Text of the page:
Introverted sensors: “place a high value on tradition and are extremely respectful of social and societal conventions. They are rule-followers and tradition-upholders. To them, life is an ongoing process of putting — and keeping — things in order.” As compared to extroverted sensors, who live in the moment.
Introverted intuitives: “enjoy gathering a large database of knowledge about the topics that interest them and discerning which knowledge ‘clicks’ with their pre-existing hunches or perceptions about the world.” While the extroverted intuitive is expansive and never-ending, the introverted intuitive is deliberate and discrete, always wanting the answer, not all possible ones.
Introverted feelers: “are highly creative individuals, who often use alone time to create poetry, music or art. They come to understand the world by deciding how they feel about the experiences they’ve had and developing a personal moral code to help them make future decisions.” As compared to extroverted feelers, who define what’s right and wrong based on “what people do” or “what others would think.”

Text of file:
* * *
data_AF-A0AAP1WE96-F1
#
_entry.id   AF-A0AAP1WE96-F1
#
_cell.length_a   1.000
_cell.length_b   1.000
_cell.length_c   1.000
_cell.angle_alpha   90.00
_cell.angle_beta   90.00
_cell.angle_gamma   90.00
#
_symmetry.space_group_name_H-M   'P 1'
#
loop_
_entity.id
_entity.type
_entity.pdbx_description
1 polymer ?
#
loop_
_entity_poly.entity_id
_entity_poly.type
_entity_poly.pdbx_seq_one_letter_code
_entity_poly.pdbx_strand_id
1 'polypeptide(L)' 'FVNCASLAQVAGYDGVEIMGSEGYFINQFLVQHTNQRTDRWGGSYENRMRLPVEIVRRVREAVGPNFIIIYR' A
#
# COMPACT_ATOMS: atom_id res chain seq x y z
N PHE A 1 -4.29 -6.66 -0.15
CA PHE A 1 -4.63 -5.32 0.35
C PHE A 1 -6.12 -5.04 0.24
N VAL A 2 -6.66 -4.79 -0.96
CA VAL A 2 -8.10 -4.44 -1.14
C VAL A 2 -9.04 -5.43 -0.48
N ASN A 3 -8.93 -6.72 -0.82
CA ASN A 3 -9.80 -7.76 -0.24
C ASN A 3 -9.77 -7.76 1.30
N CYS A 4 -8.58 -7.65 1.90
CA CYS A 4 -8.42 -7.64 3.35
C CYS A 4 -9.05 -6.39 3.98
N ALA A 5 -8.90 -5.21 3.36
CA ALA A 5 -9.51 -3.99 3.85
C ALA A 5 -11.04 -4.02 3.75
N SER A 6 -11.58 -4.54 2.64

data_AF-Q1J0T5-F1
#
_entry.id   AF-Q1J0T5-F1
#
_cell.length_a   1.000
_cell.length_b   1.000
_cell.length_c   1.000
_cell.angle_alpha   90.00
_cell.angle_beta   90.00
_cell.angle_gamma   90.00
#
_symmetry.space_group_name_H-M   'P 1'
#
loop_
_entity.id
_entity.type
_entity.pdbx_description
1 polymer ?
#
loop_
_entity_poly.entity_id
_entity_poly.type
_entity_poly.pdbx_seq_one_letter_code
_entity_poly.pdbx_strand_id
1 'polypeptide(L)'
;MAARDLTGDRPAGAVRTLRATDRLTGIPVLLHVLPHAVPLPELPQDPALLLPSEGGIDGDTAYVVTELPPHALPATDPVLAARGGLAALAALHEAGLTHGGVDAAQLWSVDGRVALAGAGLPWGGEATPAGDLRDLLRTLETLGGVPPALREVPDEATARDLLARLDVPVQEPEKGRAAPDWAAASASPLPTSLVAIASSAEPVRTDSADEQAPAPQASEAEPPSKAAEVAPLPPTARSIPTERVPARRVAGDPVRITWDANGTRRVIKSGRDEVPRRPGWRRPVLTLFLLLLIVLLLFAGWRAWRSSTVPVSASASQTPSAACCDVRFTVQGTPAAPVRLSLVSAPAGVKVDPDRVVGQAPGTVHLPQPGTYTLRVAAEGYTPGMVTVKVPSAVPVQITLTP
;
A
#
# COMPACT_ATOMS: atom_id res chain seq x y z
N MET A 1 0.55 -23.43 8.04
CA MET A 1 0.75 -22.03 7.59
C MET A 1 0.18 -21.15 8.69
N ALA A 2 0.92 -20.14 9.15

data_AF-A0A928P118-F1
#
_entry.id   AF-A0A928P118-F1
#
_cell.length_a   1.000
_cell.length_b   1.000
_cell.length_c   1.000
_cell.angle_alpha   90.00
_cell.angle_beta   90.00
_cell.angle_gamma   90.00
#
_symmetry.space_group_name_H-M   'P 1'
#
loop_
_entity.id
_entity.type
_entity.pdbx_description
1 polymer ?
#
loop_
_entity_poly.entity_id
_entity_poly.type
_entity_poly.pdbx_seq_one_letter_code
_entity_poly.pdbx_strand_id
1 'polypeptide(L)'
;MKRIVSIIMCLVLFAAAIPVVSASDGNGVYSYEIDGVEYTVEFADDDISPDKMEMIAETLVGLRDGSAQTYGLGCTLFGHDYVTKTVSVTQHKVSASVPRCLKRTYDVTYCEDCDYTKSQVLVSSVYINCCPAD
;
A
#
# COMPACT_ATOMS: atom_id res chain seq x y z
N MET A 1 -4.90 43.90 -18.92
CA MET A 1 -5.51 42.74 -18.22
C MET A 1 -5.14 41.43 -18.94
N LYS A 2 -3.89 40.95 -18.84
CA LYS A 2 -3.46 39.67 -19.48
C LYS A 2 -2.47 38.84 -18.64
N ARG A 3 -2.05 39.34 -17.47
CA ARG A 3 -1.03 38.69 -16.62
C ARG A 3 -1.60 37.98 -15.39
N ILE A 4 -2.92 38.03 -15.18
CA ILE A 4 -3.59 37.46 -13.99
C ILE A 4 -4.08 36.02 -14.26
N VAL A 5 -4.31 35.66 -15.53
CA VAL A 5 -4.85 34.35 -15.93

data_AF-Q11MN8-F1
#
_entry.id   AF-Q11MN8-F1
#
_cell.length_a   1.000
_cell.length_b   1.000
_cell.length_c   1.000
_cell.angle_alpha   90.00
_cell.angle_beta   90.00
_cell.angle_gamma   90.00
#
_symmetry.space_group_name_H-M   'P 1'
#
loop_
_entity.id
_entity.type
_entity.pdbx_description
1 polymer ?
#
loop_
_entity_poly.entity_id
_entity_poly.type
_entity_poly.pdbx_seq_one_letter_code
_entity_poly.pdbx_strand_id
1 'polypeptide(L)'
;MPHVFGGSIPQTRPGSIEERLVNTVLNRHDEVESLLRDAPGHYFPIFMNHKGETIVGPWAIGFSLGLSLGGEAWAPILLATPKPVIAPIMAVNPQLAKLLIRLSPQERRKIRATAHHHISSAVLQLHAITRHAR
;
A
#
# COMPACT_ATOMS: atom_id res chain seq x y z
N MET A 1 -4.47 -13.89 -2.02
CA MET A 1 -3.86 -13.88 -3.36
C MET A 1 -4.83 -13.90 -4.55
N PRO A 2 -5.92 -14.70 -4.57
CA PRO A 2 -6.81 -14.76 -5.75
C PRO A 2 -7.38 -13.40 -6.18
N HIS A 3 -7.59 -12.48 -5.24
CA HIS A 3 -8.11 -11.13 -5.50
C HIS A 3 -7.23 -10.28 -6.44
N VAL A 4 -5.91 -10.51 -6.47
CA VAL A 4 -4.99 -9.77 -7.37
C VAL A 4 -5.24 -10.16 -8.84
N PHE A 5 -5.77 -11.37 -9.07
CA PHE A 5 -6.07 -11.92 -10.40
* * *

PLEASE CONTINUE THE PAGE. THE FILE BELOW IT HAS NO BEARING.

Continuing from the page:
Introverted thinkers: “strive to acquire as wide a breadth of knowledge as possible… Introverted thinkers are the true scientists and researchers of the world.” As compared to extroverted thinkers, who are, above all else, specific goal-oriented.
It is important to know that we talked here about “cognitive functions” — the concept that we all possess two extroverted cognitive functions and two introverted cognitive functions that are opposite.
We are all either: extroverted intuitive + introverted sensing, or we are introverted intuitive + extroverted sensing.
And we are all either: extroverted thinking + introverted feeling, or introverted thinking + extroverted feeling.
Ne + Si | Ni + Se … as well as… Te + Fi | Ti + Fe
In other words, we’re all a little bit S and N, F and T, E and I — it’s just the way they manifest.
For an in-depth explanation of the Jungian cognitive functions, click here.